No wonder her thoughts dwelt eagerly and longingly on the lawn-party to
which Violet Earle had invited her. The girl felt as if she were going
to have a peep into fairyland.

She thought Violet Earle was the dearest and kindest girl in the world.

She did not know how Violet had said, half-laughingly, half-carelessly,
when she went home:

“Mamma, I cannot see why you were so anxious to have that shy, awkward
Jaquelina Meredith come to our party. She has not a decent thing to
wear–her aunt said so. She will have to come in an old white dress
that belonged to her mother.”

Violet’s brother, the young collegian, laughed.

Gentle Mrs. Earle looked at them both a little reproachfully.

“My dears, I wish you would not laugh at little Lina’s poverty,” she
said. “The Merediths do not treat her right. But aside from her poverty
she ranks as high in the social scale as we do. Her father was an
artist of no mean ability. He would have made his mark if he had not
died young. I feel sorry for little Jaquelina.”

“Was her mother a nice person, too, mamma?” Violet asked, interested.

“I did not know her mother very well,” said Mrs. Earle. “She was
Jaquelina Ardell, a young French girl whom Claude Meredith married
while he was abroad. She did not live but a few months after they
returned here. When her little girl was born she died.”

“And Mr. Meredith soon after,” said the student; “I remember it myself.
I was a lad of five years at the time.”

“Yes, he died of a fever,” said Mrs. Earle, with a sigh, quickly
suppressed.

“Did he leave no money for his daughter?” inquired Violet.

“No–he spent the few thousands his farmer-father bequeathed him upon
his education and his art-studies abroad. So Lina is dependent upon her
uncle’s charity.”

“A cold charity it is too,” said Violet, thinking of cold, hard Mrs.
Meredith.

“Charlie Meredith is not purposely unkind,” Mrs. Earle said, quickly,
“but he is thoughtless and careless, and his wife rules him. Still,
for the sake of his feelings, I should not like to slight Claude’s
daughter.”

“I do hope she will make a respectable appearance so that no one will
be able to laugh at her,” said Violet. “It was on my mind to offer to
lend her a party-dress, but I decided that she would not have accepted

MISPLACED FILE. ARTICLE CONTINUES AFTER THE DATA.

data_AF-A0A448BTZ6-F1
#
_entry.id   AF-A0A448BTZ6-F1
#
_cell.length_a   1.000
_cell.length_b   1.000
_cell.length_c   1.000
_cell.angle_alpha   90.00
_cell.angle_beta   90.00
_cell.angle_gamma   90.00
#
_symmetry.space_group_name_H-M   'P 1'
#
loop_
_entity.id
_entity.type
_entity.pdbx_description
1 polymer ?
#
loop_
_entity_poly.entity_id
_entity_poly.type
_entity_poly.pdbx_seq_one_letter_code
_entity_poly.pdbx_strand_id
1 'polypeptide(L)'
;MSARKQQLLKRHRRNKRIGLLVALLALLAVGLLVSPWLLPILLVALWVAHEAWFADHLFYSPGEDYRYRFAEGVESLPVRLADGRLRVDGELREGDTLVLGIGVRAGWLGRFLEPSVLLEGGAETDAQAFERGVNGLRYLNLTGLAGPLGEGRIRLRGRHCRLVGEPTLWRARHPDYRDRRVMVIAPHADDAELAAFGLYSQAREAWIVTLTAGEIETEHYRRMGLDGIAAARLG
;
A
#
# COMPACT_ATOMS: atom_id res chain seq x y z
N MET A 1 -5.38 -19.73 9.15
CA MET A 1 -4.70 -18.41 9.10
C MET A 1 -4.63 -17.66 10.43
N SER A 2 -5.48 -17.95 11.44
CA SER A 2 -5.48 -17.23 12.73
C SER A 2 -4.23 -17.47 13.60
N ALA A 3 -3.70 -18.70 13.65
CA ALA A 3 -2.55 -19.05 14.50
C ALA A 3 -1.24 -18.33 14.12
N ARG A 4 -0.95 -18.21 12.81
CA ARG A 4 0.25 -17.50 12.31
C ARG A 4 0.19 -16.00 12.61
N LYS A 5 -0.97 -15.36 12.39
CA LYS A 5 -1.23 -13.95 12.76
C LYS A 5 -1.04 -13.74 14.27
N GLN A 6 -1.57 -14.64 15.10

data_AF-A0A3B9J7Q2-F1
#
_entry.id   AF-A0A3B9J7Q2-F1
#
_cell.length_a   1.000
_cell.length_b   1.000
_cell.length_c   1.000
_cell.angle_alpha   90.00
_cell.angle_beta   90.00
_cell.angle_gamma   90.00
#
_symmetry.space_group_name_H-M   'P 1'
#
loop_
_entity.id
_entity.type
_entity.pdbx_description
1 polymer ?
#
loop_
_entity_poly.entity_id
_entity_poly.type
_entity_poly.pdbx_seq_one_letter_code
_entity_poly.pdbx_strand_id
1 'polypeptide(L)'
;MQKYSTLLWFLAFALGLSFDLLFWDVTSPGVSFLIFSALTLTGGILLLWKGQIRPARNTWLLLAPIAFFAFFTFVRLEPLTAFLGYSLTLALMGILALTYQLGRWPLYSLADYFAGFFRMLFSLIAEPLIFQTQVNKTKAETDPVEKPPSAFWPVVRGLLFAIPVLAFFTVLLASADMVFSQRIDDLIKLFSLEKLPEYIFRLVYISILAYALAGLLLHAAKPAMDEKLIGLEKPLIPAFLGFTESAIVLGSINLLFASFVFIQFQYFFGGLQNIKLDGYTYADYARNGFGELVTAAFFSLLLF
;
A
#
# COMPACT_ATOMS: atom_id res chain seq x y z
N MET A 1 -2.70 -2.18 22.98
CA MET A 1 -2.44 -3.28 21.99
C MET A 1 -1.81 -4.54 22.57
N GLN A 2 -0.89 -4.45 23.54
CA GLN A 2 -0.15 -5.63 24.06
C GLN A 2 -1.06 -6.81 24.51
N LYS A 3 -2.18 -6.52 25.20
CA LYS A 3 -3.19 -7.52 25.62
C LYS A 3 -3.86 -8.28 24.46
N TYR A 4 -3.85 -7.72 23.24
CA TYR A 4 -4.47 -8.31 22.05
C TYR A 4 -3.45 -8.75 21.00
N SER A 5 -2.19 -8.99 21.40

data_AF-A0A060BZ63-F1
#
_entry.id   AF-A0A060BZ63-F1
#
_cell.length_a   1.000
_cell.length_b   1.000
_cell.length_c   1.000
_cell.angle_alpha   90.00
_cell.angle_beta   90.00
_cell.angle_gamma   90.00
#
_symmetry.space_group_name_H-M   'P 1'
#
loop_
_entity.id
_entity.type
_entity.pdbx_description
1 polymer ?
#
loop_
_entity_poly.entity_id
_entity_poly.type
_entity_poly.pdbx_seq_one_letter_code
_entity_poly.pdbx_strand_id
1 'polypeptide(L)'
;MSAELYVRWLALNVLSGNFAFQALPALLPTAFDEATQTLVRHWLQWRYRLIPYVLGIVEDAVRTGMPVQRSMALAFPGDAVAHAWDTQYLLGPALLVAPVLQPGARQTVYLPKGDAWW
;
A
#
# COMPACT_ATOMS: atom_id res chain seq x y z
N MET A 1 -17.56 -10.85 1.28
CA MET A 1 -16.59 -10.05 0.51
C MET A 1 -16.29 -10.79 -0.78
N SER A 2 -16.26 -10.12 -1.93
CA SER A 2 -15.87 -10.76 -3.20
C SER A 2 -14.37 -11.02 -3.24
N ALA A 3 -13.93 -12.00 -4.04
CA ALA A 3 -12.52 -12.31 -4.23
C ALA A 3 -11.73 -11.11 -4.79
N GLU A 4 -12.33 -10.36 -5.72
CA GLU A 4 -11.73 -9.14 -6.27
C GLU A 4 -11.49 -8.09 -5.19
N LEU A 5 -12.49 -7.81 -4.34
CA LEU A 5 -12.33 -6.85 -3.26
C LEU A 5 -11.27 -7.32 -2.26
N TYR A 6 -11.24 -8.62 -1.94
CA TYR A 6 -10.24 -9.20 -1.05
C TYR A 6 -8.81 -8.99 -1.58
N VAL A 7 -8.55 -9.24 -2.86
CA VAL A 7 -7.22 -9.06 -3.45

it.”

“I am glad you did not,” her mother said promptly. “I think Lina is
proud in her way. She would have been hurt.”

Violet and her brother thought their mamma was very kind and thoughtful
over Jaquelina Meredith.

No one had ever told them that Claude Meredith and their mother had
been lovers in their boy and girl days, and that an ambitious father
had come between them and persuaded the girl into a loveless union with
the wealthy Mr. Earle.

Jaquelina herself did not know what an interest the pretty, faded
woman took in her fate. As she walked up and down the low sitting-room
with her little cousin in her arms she remembered how tenderly Violet
had said “Mamma,” and a vague yearning stood over her to feel herself
enfolded in the sweetness of a mother’s love, which she, poor child,
was never to know.

At twilight Sambo came over from the neighboring farm with a message
for Mrs. Meredith. Her husband had joined the band of men who were
going to pursue the horse-thieves, and would not be home until morning.

If she and Jaquelina were afraid they were to take the child and go to
a neighbor’s to spend the night.

Mrs. Meredith laughed at the idea of fear. So did Jaquelina. Both felt
perfectly safe in the quiet, peaceful little farm-house. They sent word
that they would remain at home.

At eight o’clock Mrs. Meredith, according to her usual custom, retired
to bed with her child. Jaquelina took a lamp and went to her own room,
but not to sleep. It was too early. The night hours were golden ones to
her.

Then she was free to read or study as she liked. True, her aunt
grumbled over the useless waste of a light, but her Uncle Charlie was
wont to interfere so decidedly on that point that the orphan girl had
her way.

But to-night the book was laid on the shelf of the little
garret-chamber, and the girl dragged out a little cedar chest from
under the high-posted bed.

She unlocked it and took out the dress she had told Violet she would
wear to the lawn-party–her mother’s wedding-dress.

Jaquelina shook out the cedar-scented folds of the dress and spread it
out on the bed to look at. It was a fine, soft India muslin, trimmed
with a good deal of fine, pretty lace and bows of satin ribbon–all of
which had turned very yellow in the years while it lay folded in the
cedar chest.

It was made in a quaint, pretty style, too; but Jaquelina looked at
it doubtfully. She did not know enough of dry goods to know that the
garment was made of the finest materials, and was costly as well as
pretty.

She thought of Violet’s crisp, fresh costumes, and the limp India
muslin suffered in her guileless mind by the contrast. She actually
brought out her Sunday calico, with its fine pink dots and two frills
on the skirt, and laid it beside the India muslin, anxiously comparing
them.

“The calico is the fresher-looking, certainly,” she said, turning her
pretty head sidewise in bird-like fashion, and eyeing the dresses
thoughtfully, “but I am quite sure, from the way Violet looked, she
would not like for me to wear _that_. Mamma’s dress is very pretty, if
only it were not so limp. I should not dare try to starch it, though. I
might make it look worse.”

Then she took a little box from the chest and opened it. It contained
her dead mother’s little store of jewelry.

There were two or three simple rings, a thin gold chain with a locket
that held her father’s and mother’s pictures.

She fastened the chain around her neck and slipped one of the
rings–the prettiest one–on her finger.

“I will wear these to the lawn-party,” she said to herself. “The ring
is very nice–it has such a pretty, shining stone!”

It was a pretty ring, as she said, but Jaquelina, brought up so
ignorantly in the lonely farm-house, did not know that the shining
little stone was a real diamond.

Charlie Meredith and his hard wife did not know it either. They all